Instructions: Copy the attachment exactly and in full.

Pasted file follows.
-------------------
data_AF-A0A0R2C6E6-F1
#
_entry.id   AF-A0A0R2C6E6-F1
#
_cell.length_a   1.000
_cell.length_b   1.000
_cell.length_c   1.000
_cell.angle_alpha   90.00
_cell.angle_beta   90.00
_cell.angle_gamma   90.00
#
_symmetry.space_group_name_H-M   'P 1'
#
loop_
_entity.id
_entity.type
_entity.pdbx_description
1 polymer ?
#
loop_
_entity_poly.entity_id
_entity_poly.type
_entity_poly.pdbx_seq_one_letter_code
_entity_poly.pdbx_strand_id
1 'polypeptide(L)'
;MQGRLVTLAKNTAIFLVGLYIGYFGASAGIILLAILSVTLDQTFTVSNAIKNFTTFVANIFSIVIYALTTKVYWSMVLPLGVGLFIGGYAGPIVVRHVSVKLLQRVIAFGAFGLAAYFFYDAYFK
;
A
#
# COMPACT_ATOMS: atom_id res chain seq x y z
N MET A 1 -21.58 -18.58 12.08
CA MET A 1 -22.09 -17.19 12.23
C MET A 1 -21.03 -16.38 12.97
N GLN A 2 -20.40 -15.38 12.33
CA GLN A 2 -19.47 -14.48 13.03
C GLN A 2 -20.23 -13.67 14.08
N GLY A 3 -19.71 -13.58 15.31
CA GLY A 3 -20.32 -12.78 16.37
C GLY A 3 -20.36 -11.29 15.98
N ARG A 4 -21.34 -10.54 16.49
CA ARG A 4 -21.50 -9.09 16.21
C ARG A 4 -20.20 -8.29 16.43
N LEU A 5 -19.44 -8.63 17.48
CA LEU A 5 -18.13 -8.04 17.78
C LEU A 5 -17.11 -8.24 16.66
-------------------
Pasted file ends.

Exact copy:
data_AF-A0A0R2C6E6-F1
#
_entry.id   AF-A0A0R2C6E6-F1
#
_cell.length_a   1.000
_cell.length_b   1.000
_cell.length_c   1.000
_cell.angle_alpha   90.00
_cell.angle_beta   90.00
_cell.angle_gamma   90.00
#
_symmetry.space_group_name_H-M   'P 1'
#
loop_
_entity.id
_entity.type
_entity.pdbx_description
1 polymer ?
#
loop_
_entity_poly.entity_id
_entity_poly.type
_entity_poly.pdbx_seq_one_letter_code
_entity_poly.pdbx_strand_id
1 'polypeptide(L)'
;MQGRLVTLAKNTAIFLVGLYIGYFGASAGIILLAILSVTLDQTFTVSNAIKNFTTFVANIFSIVIYALTTKVYWSMVLPLGVGLFIGGYAGPIVVRHVSVKLLQRVIAFGAFGLAAYFFYDAYFK
;
A
#
# COMPACT_ATOMS: atom_id res chain seq x y z
N MET A 1 -21.58 -18.58 12.08
CA MET A 1 -22.09 -17.19 12.23
C MET A 1 -21.03 -16.38 12.97
N GLN A 2 -20.40 -15.38 12.33
CA GLN A 2 -19.47 -14.48 13.03
C GLN A 2 -20.23 -13.67 14.08
N GLY A 3 -19.71 -13.58 15.31
CA GLY A 3 -20.32 -12.78 16.37
C GLY A 3 -20.36 -11.29 15.98
N ARG A 4 -21.34 -10.54 16.49
CA ARG A 4 -21.50 -9.09 16.21
C ARG A 4 -20.20 -8.29 16.43
N LEU A 5 -19.44 -8.63 17.48
CA LEU A 5 -18.13 -8.04 17.78
C LEU A 5 -17.11 -8.24 16.66